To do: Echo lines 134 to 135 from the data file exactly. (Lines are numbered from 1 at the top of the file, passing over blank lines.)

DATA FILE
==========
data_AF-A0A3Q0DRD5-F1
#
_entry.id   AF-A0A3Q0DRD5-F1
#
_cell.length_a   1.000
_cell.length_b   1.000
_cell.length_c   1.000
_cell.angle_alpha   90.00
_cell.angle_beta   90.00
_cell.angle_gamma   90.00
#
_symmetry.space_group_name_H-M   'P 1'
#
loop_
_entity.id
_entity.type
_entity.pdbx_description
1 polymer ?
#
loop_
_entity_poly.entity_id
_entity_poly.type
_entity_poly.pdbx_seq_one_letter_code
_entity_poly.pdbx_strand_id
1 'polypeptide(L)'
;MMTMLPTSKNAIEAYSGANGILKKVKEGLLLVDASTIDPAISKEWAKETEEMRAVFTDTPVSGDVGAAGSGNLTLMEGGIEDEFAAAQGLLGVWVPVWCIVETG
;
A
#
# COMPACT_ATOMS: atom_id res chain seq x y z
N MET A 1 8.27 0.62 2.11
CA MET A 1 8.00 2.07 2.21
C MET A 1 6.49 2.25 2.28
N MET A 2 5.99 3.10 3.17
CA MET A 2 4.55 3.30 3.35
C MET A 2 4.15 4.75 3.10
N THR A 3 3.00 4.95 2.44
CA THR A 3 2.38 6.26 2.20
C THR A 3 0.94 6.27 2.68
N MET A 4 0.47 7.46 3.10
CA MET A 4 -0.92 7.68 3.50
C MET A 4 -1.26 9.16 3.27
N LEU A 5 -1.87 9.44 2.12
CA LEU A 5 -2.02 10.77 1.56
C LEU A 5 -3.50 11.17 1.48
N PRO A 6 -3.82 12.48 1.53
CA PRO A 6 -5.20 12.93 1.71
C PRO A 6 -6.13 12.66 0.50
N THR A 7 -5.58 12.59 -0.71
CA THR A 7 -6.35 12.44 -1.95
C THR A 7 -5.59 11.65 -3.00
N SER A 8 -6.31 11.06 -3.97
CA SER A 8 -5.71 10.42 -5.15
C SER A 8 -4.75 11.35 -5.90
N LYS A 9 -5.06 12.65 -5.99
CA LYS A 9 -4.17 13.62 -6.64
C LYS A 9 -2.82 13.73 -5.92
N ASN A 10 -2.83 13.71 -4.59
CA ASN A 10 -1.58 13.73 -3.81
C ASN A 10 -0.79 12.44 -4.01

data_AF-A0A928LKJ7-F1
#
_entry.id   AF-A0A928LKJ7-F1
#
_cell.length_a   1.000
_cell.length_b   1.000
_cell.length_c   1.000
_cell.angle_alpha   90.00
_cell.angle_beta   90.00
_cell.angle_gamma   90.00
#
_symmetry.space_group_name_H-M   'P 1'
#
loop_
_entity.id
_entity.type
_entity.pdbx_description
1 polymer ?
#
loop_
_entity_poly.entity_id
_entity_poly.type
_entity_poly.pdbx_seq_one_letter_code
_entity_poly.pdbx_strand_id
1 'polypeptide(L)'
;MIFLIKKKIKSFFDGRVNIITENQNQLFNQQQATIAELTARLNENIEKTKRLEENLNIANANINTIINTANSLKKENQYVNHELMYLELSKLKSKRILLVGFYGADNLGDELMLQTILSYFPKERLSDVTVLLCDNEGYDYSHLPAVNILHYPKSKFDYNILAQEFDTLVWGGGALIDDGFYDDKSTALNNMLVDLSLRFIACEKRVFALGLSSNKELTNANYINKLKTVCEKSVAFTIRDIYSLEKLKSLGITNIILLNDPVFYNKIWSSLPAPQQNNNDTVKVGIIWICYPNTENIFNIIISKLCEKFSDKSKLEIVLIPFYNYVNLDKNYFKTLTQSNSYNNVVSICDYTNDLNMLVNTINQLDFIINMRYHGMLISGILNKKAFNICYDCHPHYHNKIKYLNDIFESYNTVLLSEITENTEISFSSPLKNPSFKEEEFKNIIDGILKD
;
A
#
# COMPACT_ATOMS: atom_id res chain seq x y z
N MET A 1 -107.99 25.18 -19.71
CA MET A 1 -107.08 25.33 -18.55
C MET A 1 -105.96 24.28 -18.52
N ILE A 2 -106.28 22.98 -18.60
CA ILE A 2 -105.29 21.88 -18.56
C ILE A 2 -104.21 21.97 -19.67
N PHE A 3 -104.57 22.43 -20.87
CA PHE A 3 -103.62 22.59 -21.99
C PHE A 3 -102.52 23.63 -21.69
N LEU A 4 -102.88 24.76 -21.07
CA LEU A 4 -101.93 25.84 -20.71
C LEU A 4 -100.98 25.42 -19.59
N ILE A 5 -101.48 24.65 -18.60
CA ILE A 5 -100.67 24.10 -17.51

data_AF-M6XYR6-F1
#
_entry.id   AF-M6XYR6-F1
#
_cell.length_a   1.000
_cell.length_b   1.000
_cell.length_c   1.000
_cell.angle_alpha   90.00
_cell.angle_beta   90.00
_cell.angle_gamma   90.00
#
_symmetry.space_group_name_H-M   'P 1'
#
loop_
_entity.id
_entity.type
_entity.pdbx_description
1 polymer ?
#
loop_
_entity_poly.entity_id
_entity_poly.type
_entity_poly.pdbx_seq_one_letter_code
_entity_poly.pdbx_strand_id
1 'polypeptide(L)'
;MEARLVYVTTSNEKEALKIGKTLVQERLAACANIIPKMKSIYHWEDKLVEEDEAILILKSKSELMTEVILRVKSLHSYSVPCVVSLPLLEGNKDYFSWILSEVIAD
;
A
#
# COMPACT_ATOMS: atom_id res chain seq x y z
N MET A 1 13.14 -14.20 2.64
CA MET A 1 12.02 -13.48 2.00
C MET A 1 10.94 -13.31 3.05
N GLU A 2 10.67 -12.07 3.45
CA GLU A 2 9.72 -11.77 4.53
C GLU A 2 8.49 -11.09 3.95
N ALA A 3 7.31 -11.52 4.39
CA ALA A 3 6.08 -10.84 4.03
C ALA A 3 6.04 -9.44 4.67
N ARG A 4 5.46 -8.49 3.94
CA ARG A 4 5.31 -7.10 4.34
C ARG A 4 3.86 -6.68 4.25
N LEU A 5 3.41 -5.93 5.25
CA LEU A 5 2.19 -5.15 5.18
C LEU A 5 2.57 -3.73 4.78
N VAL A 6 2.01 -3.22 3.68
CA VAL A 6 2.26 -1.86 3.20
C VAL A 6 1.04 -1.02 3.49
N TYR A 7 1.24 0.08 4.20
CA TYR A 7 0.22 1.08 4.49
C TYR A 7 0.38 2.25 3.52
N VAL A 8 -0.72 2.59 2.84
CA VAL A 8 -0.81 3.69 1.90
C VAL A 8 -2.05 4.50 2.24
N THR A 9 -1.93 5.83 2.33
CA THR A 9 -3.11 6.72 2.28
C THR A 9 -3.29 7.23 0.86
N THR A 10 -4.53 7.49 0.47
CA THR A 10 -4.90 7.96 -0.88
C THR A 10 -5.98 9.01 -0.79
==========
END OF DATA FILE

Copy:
# COMPACT_ATOMS: atom_id res chain seq x y z
N MET A 1 13.14 -14.20 2.64